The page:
I never found out who brought dirty boy into our school and into my bedroom.
He was covered in years of accumulated dust and filth, wedged between the cracks of my bedroom floor. His torso stuck to his legs and his legs were bent in right angles. His teeth were perfectly square and gleamed when he smiled. There wasn’t anything I wouldn’t do for dirty boy.
Sister told me to stop day dreaming about him. He’d give me migraines, she said, and God doesn’t like migraines. She thought of him as godless, foul, unholy, and disgusting. I was encouraging his existence. I was bringing hell upon the earth.
Yet, I couldn’t forget about dirty boy. I brought him outside so the other girls could view him. We sat on the wooden bench near the gazebo, just underneath the termite infested wooden cross. I waved away the mosquitoes while they explored every inch of him; rubbing their fingers over his glossy surface, giggling throughout their intimate conversations with one another, dreaming of a day when they could be with him. They pointed, chortled, and awed at his perfection. They dribbled over his monstrous package. Our interest in Dirty Boy quickly subsided when Sister appeared. She rushed us inside, bolting the doors behind her. She made us kneel in front of the altar. We were forced to repent. Three hail Mary’s and all was forgiven. It was suppose to drive away his wretched influence.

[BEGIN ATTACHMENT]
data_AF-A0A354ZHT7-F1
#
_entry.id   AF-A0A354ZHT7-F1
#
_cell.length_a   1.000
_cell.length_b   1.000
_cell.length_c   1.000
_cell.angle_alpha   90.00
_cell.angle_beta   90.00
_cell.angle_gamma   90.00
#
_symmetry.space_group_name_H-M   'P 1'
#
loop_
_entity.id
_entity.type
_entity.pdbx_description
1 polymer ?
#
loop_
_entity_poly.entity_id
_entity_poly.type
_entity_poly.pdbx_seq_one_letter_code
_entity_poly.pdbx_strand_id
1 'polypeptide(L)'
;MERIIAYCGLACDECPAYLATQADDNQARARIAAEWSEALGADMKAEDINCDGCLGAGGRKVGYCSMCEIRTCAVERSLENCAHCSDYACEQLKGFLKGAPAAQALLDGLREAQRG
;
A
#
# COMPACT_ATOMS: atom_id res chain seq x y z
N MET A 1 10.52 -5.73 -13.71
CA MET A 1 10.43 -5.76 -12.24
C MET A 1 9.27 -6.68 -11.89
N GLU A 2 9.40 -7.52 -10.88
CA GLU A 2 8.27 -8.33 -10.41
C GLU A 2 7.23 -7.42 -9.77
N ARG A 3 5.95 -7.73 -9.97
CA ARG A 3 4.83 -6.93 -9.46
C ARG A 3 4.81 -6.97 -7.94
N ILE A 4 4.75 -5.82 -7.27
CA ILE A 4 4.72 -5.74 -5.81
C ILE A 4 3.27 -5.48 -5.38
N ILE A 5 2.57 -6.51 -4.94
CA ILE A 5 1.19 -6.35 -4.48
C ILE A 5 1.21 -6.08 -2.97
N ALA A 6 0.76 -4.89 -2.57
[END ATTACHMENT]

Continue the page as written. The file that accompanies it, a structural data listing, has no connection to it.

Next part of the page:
Sister threw dirty boy out that night and I saw him from my bedroom window, his teeth glowing in the dark. He was caught in the rough winds of a thunderstorm. I let him back in and I hid him underneath my pillow.
I prayed for dirty boy like I never prayed for anyone before. I prayed for his safety, for his understanding, for divine intervention. I prayed for Sister to accept him, but she tore my room apart, searching. She said I was a sinner in the eyes of God but she never found dirty boy.
Years passed and still he remained with me. He aged and fell apart. He was no longer glossy but worn, rough at the edges, with his image being the only faded reminder of his good looks. I finally said goodbye to dirty boy. I left him where I found him, between the cracks of my bedroom floor. I prayed that someday he would be remembered, not for the ungodly man that Sister said he was but as the image of a little girl’s obsession.
Enjoy more dark fiction by Isaiyan Morrison at: www.isaiyanmorrison.com